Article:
“Generations of families and people have called the Central District home, making enormous contributions to Seattle’s heritage and identity,” said Mayor Murray. “Our goal is to ensure we maintain the cultural character of the Central District while keeping it affordable during a time of unprecedented investment and growth. These affordability requirements will help us accomplish these goals with a shared vision for this unique community.”

The 23rd Avenue Action Community Team has been working in the Central Area to support the neighborhood’s unique identity and community character by encouraging pedestrian friendly mixed-use development that promotes new housing options, including affordable housing, while supporting existing and new small businesses to serve the diverse community.

“The 23rd Avenue ACT supports the zoning recommendations for the Union-Cherry-Jackson nodes,” said Lois Martin, chair of the group. “As community stakeholders, we have been working in the Central Area for close to six years to develop and implement comprehensive work plans to support and enhance smart growth along the 23rd Avenue business corridor.”

The 23rd Avenue Action Plan is the product of nearly 100 meetings, over 30 community-based organizations and hundreds of area residents who engaged in hands-on and interactive workshops, focus group meetings, individual workshops, in-person interviews, business canvassing, and online surveys. In addition to the proposed rezone, the City has worked with the community on several additional local investments, including support for small businesses, transportation improvements, a cultural district, and increased affordable housing – and the City will continue to look for new partnerships with the community.

The agreement would allow taller buildings in exchange for contributions to affordable housing. It is estimated that the MHA requirements implemented along 23rd Avenue will produce 50 new affordable homes over the years. The remainder of the Central District will be included in the citywide MHA rezone legislation expected later this year, and will help contribute to over 3,700 rent- and income-restricted homes in the next 10 years. The cost of a rent-restricted two-bedroom apartment for a family of three earning $52,000 would be $1,296.

Seattle’s MHA program requires multi-family residential and commercial development to either include rent-restricted homes for low-income families or make a payment to the Office of Housing to support affordable housing. For these sites, the requirements would be 7 to 10 percent of homes or $20.75 to $29.75 per square foot for residential buildings and between 5 and 8 percent of floor area or $8 and $20.75 per square foot for commercial buildings.  The proposal includes some of the City’s highest MHA requirements in recognition of the Central District’s unique history, as shown in Seattle 2035 Equity and Growth Analysis.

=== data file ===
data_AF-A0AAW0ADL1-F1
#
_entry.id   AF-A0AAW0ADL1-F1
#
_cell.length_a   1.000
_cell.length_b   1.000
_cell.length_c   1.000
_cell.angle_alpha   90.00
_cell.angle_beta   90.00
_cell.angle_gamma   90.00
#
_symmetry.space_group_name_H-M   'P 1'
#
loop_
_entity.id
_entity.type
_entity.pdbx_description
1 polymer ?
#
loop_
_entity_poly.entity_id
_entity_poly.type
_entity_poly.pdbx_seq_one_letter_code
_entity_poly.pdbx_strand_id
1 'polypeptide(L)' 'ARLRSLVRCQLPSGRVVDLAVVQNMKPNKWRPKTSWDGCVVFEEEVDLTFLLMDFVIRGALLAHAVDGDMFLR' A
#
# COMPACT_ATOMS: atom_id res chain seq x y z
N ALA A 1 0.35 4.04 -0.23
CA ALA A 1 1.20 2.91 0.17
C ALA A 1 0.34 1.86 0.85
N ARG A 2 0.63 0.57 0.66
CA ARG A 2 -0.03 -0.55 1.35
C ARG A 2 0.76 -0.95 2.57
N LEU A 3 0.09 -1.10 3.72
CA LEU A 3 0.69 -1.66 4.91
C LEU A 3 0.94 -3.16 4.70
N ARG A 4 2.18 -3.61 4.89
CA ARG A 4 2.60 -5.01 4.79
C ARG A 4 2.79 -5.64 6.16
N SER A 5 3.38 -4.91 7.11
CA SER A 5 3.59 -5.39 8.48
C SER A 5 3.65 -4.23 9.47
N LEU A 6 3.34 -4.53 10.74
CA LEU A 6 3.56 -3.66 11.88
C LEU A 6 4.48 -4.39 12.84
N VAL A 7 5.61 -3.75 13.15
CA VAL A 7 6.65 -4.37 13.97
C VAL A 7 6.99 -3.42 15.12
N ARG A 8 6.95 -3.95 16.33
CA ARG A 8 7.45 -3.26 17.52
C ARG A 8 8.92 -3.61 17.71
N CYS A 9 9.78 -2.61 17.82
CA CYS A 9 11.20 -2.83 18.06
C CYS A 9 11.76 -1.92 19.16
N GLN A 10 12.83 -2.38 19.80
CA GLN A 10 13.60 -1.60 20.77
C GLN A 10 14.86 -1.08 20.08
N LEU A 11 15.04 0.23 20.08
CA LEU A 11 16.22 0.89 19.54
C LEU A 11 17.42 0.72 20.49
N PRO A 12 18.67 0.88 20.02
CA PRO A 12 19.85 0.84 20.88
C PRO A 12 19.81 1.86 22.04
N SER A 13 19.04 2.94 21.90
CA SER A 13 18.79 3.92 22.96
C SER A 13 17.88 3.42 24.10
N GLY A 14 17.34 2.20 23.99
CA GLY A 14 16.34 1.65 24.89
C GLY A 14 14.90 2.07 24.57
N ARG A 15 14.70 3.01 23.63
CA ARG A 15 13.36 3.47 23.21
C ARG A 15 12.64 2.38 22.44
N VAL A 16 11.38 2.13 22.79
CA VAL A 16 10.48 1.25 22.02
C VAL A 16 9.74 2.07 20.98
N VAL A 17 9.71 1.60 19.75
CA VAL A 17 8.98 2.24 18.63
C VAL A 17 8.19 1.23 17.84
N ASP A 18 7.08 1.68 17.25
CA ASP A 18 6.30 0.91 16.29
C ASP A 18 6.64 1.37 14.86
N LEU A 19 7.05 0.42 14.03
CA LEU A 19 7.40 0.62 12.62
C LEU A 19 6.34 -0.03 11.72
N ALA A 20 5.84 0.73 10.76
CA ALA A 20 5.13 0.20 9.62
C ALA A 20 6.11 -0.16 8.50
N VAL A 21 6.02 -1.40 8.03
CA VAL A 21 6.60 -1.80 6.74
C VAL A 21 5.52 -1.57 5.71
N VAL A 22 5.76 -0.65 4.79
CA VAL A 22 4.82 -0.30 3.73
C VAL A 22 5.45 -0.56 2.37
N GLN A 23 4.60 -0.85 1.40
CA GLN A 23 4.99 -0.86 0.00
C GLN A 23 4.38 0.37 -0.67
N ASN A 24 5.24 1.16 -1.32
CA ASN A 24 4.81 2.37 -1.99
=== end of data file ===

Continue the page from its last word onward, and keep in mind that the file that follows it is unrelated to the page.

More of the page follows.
The increase in development capacity needed to implement these MHA requirements is an additional one to three stories.

New MHA requirements have already been implemented in Downtown, South Lake Union and the University District. The Council is currently considering how to implement MHA in the Chinatown-International District.

Here’s what’s next for the old Charlie’s on Broadway space

The old Charlie’s (Image: CHS)

Connecting the dots on our report from April that yet another minute clinic-style health care business was coming to Broadway, the restaurant space CityMD will be moving into and turning into an outpatient facility on Capitol Hill’s main drag is none other than the longtime home of Charlie’s.

Company officials have yet to confirm the project but people familiar with the plans say the CHI Franciscan Health-backed venture will open the new office after an overhaul of the old restaurant.

CHS reported in April that CityMD was planning a project for the property that includes the Broadway Alley retail mall.

Charlie’s on Broadway closed — again — in January some 40 years after its birth.

Capitol Hill Community Post | This Thursday: Design Commission Will Debate the Lid Study

From Lid I-5

The Washington State Convention Center (WSCC) will present an updated public benefits proposal to the Seattle Design Commission this Thursday, May 18th, 9:00 AM, at Seattle City Hall Room L2-80.

We’ve learned the proposed funding level for the Lid I-5 feasibility study is well short of our goals, so we need as many people as possible to show up and demonstrate community support! The session runs 9:00 AM – 12:00 PM, but if you can only stay a short time the presentation and public comment period will be early on.

RSVP on Facebook to let us know you’re coming!

Can’t attend in person? Please send a message to the Design Commission supporting Lid I-5 via

We’ll be attending in solidarity with our coalition partners supporting the Community Package. If you believe in fighting for more open spaces, safer crossings for people walking and biking, and affordable homes for working families, then come down by 9:00 AM this Thursday to show your support. The coalition will send a strong message by filling the room with supporters.